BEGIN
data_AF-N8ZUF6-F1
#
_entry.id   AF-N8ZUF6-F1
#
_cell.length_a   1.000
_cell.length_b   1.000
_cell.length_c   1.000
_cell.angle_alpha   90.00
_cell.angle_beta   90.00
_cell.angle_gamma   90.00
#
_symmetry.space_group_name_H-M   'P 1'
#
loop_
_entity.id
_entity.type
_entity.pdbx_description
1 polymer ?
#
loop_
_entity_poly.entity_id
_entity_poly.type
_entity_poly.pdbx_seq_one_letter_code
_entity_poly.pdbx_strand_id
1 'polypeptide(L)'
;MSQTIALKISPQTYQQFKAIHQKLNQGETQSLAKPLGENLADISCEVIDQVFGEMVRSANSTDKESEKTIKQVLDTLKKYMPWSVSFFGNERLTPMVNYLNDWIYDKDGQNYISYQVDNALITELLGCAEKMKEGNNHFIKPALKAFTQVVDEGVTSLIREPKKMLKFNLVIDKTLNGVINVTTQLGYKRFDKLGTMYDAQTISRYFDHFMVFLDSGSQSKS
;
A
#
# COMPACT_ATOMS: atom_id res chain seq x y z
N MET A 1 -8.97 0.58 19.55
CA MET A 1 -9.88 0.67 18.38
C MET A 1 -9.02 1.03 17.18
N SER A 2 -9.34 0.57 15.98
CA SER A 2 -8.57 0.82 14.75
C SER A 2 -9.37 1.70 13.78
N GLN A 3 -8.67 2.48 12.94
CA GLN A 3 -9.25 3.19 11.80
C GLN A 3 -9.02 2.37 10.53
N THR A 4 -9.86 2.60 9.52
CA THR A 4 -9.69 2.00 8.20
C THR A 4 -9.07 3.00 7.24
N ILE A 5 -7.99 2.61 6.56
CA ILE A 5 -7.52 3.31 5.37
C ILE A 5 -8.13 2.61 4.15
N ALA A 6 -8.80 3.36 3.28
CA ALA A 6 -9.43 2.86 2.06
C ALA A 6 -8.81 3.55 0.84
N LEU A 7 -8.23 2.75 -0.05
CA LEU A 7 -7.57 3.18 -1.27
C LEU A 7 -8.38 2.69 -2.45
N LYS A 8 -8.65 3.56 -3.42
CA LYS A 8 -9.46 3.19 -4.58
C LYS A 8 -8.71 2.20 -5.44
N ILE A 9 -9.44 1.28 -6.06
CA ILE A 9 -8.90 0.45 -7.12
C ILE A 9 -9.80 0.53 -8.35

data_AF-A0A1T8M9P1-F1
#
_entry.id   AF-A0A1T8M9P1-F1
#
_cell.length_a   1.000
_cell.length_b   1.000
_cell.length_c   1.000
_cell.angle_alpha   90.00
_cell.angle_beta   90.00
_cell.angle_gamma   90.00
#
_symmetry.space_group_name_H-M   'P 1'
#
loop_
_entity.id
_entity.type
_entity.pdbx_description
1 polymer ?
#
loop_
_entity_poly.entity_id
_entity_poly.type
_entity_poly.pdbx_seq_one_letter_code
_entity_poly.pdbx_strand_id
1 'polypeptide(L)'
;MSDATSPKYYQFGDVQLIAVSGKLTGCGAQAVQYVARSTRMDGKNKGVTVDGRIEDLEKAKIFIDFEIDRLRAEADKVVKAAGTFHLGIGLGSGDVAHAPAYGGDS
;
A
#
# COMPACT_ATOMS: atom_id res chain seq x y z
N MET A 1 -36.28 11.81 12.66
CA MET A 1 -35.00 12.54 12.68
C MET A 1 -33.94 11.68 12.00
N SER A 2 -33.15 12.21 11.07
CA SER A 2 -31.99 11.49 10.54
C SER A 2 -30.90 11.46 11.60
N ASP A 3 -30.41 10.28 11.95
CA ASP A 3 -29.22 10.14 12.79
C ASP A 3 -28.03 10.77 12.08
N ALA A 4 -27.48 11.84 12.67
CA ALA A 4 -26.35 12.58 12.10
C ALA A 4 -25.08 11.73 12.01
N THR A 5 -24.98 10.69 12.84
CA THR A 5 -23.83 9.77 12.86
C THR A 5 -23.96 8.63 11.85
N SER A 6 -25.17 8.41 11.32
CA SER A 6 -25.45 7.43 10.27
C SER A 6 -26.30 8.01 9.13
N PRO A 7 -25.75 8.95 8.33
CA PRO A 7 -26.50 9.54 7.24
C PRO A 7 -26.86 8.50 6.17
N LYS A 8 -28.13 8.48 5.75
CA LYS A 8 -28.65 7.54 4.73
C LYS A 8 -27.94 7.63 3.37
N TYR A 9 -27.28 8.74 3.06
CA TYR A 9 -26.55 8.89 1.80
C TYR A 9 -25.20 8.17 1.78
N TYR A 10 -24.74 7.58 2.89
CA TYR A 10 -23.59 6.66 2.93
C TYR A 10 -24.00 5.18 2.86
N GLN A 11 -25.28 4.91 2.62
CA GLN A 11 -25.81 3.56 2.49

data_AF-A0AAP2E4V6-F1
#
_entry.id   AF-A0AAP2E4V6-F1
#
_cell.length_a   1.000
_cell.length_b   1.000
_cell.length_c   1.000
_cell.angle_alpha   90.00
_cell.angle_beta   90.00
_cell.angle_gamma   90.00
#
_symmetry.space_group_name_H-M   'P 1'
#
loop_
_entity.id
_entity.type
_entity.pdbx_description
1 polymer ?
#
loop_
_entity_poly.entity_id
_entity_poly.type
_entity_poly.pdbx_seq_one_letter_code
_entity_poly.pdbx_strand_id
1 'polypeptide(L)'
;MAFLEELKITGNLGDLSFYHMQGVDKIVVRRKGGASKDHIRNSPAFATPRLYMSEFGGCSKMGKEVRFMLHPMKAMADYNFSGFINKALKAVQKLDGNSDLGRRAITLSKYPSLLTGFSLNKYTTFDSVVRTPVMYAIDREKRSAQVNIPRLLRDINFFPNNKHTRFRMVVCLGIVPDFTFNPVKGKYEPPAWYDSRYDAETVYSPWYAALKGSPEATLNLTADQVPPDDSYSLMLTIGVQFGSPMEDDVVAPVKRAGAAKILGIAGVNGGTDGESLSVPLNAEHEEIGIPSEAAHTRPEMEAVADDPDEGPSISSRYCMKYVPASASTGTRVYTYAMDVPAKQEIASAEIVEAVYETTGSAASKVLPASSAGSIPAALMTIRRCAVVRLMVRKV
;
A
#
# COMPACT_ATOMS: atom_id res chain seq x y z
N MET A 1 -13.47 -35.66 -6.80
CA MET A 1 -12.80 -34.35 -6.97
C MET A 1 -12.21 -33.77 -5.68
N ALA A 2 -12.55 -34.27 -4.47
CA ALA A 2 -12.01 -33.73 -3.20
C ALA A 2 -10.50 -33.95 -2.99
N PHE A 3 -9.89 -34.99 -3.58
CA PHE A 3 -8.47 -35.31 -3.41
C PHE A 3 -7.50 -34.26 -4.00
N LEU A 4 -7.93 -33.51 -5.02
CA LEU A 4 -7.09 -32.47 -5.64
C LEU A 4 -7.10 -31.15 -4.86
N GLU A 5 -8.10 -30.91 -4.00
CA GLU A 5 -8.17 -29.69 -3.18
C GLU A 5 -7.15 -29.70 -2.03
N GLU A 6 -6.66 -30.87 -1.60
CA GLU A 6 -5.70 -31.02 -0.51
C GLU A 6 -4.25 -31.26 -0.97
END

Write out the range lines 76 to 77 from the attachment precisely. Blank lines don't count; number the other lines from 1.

#
loop_